We've finally received a fridge, but we're still eating fungus. Lots of fungus, actually. Mushrooms around here are really inexpensive and, because they're a great source of protein, they have recently been replacing meat in many of our dishes. For instance, I've been on a Mediterranean food binge lately and found a great recipe for lemon-chicken couscous on the back of the couscous package (how clever of them!), but I left out the chicken in favor of some hearty little mushrooms. These generic, white fungi made the perfect palette for the delicately spiced couscous and had a pleasing texture without any of the nasty raw chicken preparation steps. I bought a 1lb. package of mushrooms, but the recipe only called for 1 1/2 cups of protein, so I took the remaining mushrooms and sauteed them in olive oil with a pinch of salt and a bunch of cheap red wine. The $5 wine imparted a lot of flavor (especially when we drank it!) for only a little money while choosing olive oil over butter for sauteing kept the mushrooms a little lighter and, incidentally, vegan. In fact, the whole meal was totally vegan: lemon-dill couscous, merlot mushrooms, store-bought pita slices, and homemade hummus. The only unfortunate thing about this meal is home monochromatic is was: everything was in shades of brown! If (well.. when) I recreate this meal, I'll add some color to the hummus -- maybe some red pepper flakes and lime zest for a little visual appeal. I'll also probably skip the extra, sauted mushrooms in favor of a small salad or some other greens (maybe asparagus or sweet peas). See the bottom of the post for recipes. Another recipe that called heavily on mushrooms came in the form of a scrumptious, meatless stroganoff. Served over brown rice (from our new rice cooker!), I combined the leftover dill from the couscous (and another recipe) with some other ingredients to make a smushy, delicious meal. Mine turned out a little dry, mostly because I thought the mixture looked too thin in the pan, so I cooked off more liquid. Bad idea. The mushroom mix definitely continues to thicken after you take it off the heat. It was still great tasting, but I ended up adding a little more sour cream to my served meal to make the texture a little more pleasing. Not a failing, but something to look out for. Despite the small amount of dryness, TheBoy really dug this stroganoff and it went along perfectly with the remainder of the white wine and some steamed, sweetened carrots. The carrots were a sort of last minute motivation: I realized that the meal had no veggie complement, so I used the rice cooker's steaming basket to quickly steam some peeled, sliced carrots. Making the rice cooker multitask served two great purposes -- it helped me to save time and effort (no extra pot to wash, no stove-steaming operation to keep an eye on, etc) and helped to conserve energy by using the energy from the already cooking rice. Yay for no waste!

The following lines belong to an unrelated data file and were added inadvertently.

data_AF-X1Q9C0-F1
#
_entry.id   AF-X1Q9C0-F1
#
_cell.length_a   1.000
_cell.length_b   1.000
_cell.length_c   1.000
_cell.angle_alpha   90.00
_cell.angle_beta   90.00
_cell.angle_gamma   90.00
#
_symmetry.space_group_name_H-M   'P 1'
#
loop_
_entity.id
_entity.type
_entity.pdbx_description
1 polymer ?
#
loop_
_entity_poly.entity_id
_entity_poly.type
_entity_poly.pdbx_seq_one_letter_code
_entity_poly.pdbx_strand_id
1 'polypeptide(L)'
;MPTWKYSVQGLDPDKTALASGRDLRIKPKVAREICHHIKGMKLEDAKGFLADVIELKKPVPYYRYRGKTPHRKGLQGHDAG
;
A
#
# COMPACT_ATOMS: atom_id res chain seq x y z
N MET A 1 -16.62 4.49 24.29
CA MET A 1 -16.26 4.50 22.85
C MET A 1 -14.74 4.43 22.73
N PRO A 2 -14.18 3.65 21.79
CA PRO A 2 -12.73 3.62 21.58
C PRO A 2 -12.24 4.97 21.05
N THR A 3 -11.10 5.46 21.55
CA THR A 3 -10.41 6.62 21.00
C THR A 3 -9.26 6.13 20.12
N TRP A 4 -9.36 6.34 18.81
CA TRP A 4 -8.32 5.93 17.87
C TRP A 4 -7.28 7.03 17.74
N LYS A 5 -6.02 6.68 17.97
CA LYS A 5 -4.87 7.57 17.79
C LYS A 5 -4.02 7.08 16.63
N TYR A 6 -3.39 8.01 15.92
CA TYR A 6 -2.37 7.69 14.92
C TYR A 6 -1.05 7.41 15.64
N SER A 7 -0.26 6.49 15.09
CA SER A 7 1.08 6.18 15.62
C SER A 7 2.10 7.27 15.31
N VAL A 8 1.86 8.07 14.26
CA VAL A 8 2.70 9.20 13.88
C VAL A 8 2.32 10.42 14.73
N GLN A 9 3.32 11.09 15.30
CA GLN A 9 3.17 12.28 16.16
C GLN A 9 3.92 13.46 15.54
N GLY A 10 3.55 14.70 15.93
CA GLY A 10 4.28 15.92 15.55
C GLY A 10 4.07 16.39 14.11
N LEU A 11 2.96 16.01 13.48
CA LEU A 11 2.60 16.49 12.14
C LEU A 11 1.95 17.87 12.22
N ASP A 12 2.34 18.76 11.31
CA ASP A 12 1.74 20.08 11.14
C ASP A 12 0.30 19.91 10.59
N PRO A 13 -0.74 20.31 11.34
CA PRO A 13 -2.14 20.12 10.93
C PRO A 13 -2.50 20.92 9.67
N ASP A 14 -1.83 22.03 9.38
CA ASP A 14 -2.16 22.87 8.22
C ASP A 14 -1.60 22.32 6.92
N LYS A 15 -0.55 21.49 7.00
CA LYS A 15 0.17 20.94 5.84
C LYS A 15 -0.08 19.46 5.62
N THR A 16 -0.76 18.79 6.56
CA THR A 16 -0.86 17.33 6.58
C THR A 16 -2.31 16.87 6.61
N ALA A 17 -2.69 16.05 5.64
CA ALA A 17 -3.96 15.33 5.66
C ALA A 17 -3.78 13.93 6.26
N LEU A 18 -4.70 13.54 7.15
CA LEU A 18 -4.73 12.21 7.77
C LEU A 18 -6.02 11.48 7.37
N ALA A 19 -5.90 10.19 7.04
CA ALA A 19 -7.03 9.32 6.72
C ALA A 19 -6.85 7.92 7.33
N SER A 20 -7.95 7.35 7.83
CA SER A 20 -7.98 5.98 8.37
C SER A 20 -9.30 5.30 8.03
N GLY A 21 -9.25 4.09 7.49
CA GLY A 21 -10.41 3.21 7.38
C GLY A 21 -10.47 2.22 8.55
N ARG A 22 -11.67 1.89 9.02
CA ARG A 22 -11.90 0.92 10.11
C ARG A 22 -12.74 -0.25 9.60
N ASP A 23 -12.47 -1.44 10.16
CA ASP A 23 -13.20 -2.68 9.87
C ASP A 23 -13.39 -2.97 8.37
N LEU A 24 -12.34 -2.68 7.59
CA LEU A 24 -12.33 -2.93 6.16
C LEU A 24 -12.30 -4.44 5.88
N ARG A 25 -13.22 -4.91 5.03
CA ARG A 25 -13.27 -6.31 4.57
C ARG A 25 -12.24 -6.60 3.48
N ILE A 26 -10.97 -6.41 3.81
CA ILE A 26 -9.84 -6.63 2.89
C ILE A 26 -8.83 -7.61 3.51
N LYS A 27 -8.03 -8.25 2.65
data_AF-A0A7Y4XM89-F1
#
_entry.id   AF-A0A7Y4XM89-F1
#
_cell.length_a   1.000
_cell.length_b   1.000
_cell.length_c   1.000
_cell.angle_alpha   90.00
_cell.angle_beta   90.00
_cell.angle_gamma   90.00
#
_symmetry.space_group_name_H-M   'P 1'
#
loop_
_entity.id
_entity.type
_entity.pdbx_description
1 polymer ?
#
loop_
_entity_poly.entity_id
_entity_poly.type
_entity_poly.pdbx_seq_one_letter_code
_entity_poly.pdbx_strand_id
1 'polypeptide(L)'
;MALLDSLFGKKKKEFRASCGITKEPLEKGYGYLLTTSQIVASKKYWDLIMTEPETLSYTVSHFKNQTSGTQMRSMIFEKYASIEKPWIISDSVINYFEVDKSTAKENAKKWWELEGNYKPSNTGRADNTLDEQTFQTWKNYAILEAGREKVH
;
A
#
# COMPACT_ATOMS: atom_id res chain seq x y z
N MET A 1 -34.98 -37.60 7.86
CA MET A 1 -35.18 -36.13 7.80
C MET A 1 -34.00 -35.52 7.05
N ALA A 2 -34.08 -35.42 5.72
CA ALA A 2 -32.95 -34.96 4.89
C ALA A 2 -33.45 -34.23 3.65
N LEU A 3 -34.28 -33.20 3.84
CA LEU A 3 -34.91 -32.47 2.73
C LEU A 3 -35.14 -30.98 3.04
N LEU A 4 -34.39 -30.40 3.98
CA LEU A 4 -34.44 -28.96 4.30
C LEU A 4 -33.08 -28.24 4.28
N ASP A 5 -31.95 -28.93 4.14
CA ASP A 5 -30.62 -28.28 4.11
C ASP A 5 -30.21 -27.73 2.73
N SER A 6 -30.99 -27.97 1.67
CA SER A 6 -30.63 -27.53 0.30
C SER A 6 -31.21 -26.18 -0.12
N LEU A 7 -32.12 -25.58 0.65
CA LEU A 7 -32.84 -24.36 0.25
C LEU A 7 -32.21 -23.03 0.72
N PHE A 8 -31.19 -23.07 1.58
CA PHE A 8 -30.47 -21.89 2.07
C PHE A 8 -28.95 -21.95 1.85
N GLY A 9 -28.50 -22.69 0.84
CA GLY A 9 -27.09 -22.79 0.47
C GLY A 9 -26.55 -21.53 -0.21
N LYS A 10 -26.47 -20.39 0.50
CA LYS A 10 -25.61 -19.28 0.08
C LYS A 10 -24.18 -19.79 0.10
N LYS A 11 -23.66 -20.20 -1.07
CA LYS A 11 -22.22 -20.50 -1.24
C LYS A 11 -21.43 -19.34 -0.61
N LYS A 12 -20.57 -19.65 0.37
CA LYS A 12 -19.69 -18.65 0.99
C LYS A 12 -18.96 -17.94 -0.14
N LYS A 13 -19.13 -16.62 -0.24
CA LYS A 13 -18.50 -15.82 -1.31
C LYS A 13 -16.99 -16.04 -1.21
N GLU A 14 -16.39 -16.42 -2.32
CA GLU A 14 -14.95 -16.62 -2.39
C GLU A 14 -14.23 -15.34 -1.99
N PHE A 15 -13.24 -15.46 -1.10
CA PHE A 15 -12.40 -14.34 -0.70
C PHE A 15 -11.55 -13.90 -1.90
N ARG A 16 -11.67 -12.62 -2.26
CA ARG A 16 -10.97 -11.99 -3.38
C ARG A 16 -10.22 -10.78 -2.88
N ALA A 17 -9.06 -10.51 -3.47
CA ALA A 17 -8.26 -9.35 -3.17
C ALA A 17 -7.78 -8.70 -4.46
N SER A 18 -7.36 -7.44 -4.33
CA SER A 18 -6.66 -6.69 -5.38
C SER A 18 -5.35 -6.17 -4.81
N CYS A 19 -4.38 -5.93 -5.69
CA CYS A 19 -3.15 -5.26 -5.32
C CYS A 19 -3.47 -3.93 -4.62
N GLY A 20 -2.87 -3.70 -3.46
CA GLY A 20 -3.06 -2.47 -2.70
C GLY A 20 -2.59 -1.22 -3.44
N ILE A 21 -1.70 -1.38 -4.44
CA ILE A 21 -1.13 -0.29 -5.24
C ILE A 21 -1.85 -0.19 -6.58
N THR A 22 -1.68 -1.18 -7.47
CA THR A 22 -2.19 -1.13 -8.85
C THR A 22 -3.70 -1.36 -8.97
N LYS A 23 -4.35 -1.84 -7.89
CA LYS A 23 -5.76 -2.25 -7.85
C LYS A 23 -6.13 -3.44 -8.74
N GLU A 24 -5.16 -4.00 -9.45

Lemon-Dill Couscous: Prepare couscous according to package directions. With only 3 minutes remaining to cook, add ~2 tablespoons lemon juice and ~1 tablespoon chopped fresh dill
Hummus (adjust ingredients to your palate): 1 can chickpeas with some of the juice ~1 tablespoon lemon juice 1 1/2 tablespoons tahini 1-2 crushed cloves of garlic 1-2 tablespoons olive oil Stick it all in the blender/food processor and spin 'til it's smushy and delicious
Mushroom-Dill Stroganoff: 1 lb. mushrooms enough oil to saute mushrooms 1/3 cup white wine (we used a very sweet moscato because actually enjoy sweet white wine, not the dry stuff that would've been leftover had I followed the directions exactly) 1/2 teaspoon dill, chopped (I definitely used a little more than that! Make sure it's well chopped) 1 cup sour cream some carb to serve it over (egg noodles are classic, but brown rice, orzo, penne, etc all work as well. Just be sure to choose a short carb, as opposed to spaghetti or linguine, so that the mushroom mixture stays with the pasta) salt and pepper to taste (duh!)
Saute the mushrooms, stirring constantly for about 5 minutes. Add the wine and dill, stirring until the liquid cooks down to about 1 tablespoon (it happens fast! look out). Turn heat to low and add sour cream. DO NOT LET IT BOIL, just stir gently until heated through being careful not to overcook. The mixture will thicken after you serve it.